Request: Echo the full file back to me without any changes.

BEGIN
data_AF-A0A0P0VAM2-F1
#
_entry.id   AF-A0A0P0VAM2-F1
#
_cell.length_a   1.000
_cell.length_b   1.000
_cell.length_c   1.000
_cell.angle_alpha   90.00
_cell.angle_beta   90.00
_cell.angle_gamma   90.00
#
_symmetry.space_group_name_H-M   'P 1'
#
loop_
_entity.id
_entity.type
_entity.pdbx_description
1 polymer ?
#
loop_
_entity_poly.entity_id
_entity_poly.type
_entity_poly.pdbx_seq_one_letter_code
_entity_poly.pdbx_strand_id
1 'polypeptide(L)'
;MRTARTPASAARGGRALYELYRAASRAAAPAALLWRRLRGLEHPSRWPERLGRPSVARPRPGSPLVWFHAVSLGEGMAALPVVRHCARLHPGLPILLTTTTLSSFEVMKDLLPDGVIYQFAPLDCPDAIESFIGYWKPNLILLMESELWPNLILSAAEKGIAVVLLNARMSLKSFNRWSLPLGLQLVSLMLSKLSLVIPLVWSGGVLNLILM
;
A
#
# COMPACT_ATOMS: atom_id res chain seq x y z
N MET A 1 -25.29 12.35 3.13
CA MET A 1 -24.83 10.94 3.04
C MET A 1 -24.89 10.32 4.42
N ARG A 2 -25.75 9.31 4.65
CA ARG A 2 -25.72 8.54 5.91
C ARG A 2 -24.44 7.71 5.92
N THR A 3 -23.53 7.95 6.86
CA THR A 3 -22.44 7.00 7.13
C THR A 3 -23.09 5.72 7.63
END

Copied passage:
data_AF-A0A0P0VAM2-F1
#
_entry.id   AF-A0A0P0VAM2-F1
#
_cell.length_a   1.000
_cell.length_b   1.000
_cell.length_c   1.000
_cell.angle_alpha   90.00
_cell.angle_beta   90.00
_cell.angle_gamma   90.00
#
_symmetry.space_group_name_H-M   'P 1'
#
loop_
_entity.id
_entity.type
_entity.pdbx_description
1 polymer ?
#
loop_
_entity_poly.entity_id
_entity_poly.type
_entity_poly.pdbx_seq_one_letter_code
_entity_poly.pdbx_strand_id
1 'polypeptide(L)'
;MRTARTPASAARGGRALYELYRAASRAAAPAALLWRRLRGLEHPSRWPERLGRPSVARPRPGSPLVWFHAVSLGEGMAALPVVRHCARLHPGLPILLTTTTLSSFEVMKDLLPDGVIYQFAPLDCPDAIESFIGYWKPNLILLMESELWPNLILSAAEKGIAVVLLNARMSLKSFNRWSLPLGLQLVSLMLSKLSLVIPLVWSGGVLNLILM
;
A
#
# COMPACT_ATOMS: atom_id res chain seq x y z
N MET A 1 -25.29 12.35 3.13
CA MET A 1 -24.83 10.94 3.04
C MET A 1 -24.89 10.32 4.42
N ARG A 2 -25.75 9.31 4.65
CA ARG A 2 -25.72 8.54 5.91
C ARG A 2 -24.44 7.71 5.92
N THR A 3 -23.53 7.95 6.86
CA THR A 3 -22.44 7.00 7.13
C THR A 3 -23.09 5.72 7.63